Could this be California's wettest year in history?

FRESNO, Calif.

Millerton Lake is looking much fuller than years past. Friant Dam is already at 84% percent of capacity so flood releases are now underway.

Michael Jackson of the Bureau of Reclamation says the releases are needed to accommodate for future storms. "Right now we are trying to get the reservoir down a little bit lower in preparation of the snowpack that when it starts to warm up it's gonna start coming out of the hills."

1983 was our wettest year on record with 77.4 inches of mountain precipitation. But since October first we've already had 51 inches of mountain precipitation. The water year ends September 30th.

"We're doing really well this year," said Jackson. "Compared for 1983 for precipitation at this time of year we're running the second wettest year."

Monday's storm caused the Merced and San Joaquin Rivers to swell near Newman. Sarge Green of the California Water Institute monitored the river flow data. "It's jumped up 20% essentially in one day."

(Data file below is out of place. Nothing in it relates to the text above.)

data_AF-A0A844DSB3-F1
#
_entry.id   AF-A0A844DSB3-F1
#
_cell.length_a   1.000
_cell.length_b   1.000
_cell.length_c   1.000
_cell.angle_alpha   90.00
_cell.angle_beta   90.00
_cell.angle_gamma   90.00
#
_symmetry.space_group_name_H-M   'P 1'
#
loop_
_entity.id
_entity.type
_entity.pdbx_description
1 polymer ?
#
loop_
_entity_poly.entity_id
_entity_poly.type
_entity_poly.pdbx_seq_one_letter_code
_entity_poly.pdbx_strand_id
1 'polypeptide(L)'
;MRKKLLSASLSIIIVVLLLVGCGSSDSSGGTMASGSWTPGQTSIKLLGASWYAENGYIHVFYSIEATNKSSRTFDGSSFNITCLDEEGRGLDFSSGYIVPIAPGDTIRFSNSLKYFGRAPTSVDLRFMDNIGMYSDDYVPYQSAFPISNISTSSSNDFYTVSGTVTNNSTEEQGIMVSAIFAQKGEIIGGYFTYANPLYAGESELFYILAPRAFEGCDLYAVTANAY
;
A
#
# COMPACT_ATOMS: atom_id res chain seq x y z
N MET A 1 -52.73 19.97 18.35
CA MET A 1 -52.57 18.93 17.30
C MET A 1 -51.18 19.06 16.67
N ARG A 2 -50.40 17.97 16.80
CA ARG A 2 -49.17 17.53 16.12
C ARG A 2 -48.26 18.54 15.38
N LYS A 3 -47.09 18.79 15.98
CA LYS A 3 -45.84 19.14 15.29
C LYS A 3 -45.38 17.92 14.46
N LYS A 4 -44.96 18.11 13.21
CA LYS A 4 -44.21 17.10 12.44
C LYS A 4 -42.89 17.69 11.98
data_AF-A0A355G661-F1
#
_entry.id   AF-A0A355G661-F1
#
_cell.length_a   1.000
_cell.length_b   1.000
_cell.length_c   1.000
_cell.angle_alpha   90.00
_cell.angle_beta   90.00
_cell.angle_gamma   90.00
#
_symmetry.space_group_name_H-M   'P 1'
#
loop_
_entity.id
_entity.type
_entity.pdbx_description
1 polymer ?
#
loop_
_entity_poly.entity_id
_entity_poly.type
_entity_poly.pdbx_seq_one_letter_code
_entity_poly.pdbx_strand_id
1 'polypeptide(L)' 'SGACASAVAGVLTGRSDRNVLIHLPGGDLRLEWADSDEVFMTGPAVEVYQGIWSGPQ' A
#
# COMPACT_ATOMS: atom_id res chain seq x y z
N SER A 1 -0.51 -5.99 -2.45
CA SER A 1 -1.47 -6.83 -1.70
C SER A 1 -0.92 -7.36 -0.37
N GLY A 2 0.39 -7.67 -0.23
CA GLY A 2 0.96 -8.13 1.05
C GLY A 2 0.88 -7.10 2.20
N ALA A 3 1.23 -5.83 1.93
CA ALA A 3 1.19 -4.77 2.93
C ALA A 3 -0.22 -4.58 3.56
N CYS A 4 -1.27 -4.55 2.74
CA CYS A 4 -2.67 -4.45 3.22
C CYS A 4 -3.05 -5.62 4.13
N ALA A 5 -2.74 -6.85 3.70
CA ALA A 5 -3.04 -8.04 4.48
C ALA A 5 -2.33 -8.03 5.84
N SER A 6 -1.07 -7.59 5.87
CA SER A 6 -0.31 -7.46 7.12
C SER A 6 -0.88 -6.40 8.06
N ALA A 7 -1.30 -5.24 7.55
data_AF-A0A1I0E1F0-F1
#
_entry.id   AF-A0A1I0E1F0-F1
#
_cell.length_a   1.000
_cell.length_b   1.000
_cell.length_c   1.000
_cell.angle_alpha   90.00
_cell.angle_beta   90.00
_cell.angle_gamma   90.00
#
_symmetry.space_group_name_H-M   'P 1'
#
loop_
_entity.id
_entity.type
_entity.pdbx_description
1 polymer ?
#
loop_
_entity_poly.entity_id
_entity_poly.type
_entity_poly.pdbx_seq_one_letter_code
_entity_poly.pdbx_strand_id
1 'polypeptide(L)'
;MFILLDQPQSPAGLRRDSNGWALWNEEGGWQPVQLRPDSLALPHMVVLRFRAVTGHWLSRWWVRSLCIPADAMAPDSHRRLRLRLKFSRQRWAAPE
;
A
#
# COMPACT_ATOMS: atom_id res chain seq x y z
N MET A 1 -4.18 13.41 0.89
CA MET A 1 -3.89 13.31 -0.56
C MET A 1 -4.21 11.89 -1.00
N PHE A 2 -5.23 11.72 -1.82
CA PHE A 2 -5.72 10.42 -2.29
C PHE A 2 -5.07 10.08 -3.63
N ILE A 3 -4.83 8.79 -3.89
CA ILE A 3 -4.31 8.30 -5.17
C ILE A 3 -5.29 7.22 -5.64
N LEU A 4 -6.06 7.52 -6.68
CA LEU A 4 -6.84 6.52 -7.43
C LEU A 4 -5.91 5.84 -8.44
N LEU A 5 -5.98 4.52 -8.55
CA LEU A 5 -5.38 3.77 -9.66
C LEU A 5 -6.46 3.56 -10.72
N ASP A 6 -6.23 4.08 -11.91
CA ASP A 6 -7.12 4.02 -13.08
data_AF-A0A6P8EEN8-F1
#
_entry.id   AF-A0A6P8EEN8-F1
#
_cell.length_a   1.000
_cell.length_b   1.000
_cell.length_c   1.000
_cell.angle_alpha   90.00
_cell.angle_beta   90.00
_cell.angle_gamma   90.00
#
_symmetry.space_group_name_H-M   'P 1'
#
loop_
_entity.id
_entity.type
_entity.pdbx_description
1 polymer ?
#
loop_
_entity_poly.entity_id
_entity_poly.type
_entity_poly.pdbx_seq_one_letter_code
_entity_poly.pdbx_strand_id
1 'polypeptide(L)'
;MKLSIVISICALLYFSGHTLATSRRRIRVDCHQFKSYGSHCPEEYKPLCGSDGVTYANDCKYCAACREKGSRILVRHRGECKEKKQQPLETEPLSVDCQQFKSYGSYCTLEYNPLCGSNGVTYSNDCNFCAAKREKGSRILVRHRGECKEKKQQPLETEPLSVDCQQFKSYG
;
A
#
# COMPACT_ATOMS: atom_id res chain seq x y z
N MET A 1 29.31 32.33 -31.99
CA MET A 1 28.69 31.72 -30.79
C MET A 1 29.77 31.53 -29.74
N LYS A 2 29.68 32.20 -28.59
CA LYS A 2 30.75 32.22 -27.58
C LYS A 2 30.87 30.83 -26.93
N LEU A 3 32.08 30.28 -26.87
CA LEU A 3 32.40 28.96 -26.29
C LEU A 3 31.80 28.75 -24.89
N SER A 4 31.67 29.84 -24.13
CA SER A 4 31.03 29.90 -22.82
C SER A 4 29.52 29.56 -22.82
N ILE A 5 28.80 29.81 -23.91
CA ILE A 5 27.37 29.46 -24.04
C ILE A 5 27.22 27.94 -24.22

But the healthy snowpack isn't guaranteed to stick and stay. Green says warm temperatures and even warm storms can cause heavy runoff.

Green said, "That causes a problem in that if the snow melts too quickly and the reservoirs, especially one like Friant Dam near Fresno. It's like bucket. It fills and empties."

Water officials prefer the clouds bring in colder storms to ensure a healthy snowpack.

2010 was an above average season for rain and snow but we have already surpassed last year's total.

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